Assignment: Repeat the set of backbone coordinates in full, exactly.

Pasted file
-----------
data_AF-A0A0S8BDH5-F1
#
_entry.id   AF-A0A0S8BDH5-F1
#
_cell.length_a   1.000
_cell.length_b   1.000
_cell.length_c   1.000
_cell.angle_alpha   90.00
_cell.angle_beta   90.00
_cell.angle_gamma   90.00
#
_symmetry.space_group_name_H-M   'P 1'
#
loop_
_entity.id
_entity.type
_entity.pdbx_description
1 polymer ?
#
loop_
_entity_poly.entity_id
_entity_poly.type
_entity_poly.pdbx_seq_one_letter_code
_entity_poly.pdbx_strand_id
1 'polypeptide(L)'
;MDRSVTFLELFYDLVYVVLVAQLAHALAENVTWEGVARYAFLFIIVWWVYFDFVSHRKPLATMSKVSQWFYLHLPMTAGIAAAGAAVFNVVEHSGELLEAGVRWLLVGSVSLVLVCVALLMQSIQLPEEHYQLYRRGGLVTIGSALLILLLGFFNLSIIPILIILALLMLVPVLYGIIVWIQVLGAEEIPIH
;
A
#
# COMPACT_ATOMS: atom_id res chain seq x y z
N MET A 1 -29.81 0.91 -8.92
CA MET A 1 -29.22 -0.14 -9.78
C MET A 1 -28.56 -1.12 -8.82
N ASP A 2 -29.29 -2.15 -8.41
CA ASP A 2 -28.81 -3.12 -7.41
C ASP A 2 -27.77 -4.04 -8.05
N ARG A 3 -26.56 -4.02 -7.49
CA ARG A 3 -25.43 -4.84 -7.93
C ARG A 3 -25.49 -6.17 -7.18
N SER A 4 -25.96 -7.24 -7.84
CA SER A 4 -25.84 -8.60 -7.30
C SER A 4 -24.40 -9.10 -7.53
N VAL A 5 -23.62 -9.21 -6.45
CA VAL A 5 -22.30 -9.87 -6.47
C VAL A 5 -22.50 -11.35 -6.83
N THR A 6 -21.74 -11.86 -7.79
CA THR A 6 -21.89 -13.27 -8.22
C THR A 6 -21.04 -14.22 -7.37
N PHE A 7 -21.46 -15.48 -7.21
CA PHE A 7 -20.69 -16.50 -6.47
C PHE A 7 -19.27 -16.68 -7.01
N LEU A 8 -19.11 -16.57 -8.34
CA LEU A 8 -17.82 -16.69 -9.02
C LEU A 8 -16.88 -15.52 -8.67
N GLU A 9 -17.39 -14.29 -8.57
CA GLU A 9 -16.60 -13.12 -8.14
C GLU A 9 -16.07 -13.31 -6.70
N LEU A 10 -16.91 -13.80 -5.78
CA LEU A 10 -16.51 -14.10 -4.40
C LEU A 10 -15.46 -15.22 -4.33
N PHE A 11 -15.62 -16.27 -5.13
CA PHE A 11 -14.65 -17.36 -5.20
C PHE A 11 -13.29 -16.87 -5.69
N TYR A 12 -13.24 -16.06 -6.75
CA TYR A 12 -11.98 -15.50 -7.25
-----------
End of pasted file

data_AF-A0A0S8BDH5-F1
#
_entry.id   AF-A0A0S8BDH5-F1
#
_cell.length_a   1.000
_cell.length_b   1.000
_cell.length_c   1.000
_cell.angle_alpha   90.00
_cell.angle_beta   90.00
_cell.angle_gamma   90.00
#
_symmetry.space_group_name_H-M   'P 1'
#
loop_
_entity.id
_entity.type
_entity.pdbx_description
1 polymer ?
#
loop_
_entity_poly.entity_id
_entity_poly.type
_entity_poly.pdbx_seq_one_letter_code
_entity_poly.pdbx_strand_id
1 'polypeptide(L)'
;MDRSVTFLELFYDLVYVVLVAQLAHALAENVTWEGVARYAFLFIIVWWVYFDFVSHRKPLATMSKVSQWFYLHLPMTAGIAAAGAAVFNVVEHSGELLEAGVRWLLVGSVSLVLVCVALLMQSIQLPEEHYQLYRRGGLVTIGSALLILLLGFFNLSIIPILIILALLMLVPVLYGIIVWIQVLGAEEIPIH
;
A
#
# COMPACT_ATOMS: atom_id res chain seq x y z
N MET A 1 -29.81 0.91 -8.92
CA MET A 1 -29.22 -0.14 -9.78
C MET A 1 -28.56 -1.12 -8.82
N ASP A 2 -29.29 -2.15 -8.41
CA ASP A 2 -28.81 -3.12 -7.41
C ASP A 2 -27.77 -4.04 -8.05
N ARG A 3 -26.56 -4.02 -7.49
CA ARG A 3 -25.43 -4.84 -7.93
C ARG A 3 -25.49 -6.17 -7.18
N SER A 4 -25.96 -7.24 -7.84
CA SER A 4 -25.84 -8.60 -7.30
C SER A 4 -24.40 -9.10 -7.53
N VAL A 5 -23.62 -9.21 -6.45
CA VAL A 5 -22.30 -9.87 -6.47
C VAL A 5 -22.50 -11.35 -6.83
N THR A 6 -21.74 -11.86 -7.79
CA THR A 6 -21.89 -13.27 -8.22
C THR A 6 -21.04 -14.22 -7.37
N PHE A 7 -21.46 -15.48 -7.21
CA PHE A 7 -20.69 -16.50 -6.47
C PHE A 7 -19.27 -16.68 -7.01
N LEU A 8 -19.11 -16.57 -8.34
CA LEU A 8 -17.82 -16.69 -9.02
C LEU A 8 -16.88 -15.52 -8.67
N GLU A 9 -17.39 -14.29 -8.57
CA GLU A 9 -16.60 -13.12 -8.14
C GLU A 9 -16.07 -13.31 -6.70
N LEU A 10 -16.91 -13.80 -5.78
CA LEU A 10 -16.51 -14.10 -4.40
C LEU A 10 -15.46 -15.22 -4.33
N PHE A 11 -15.62 -16.27 -5.13
CA PHE A 11 -14.65 -17.36 -5.20
C PHE A 11 -13.29 -16.87 -5.69
N TYR A 12 -13.24 -16.06 -6.75
CA TYR A 12 -11.98 -15.50 -7.25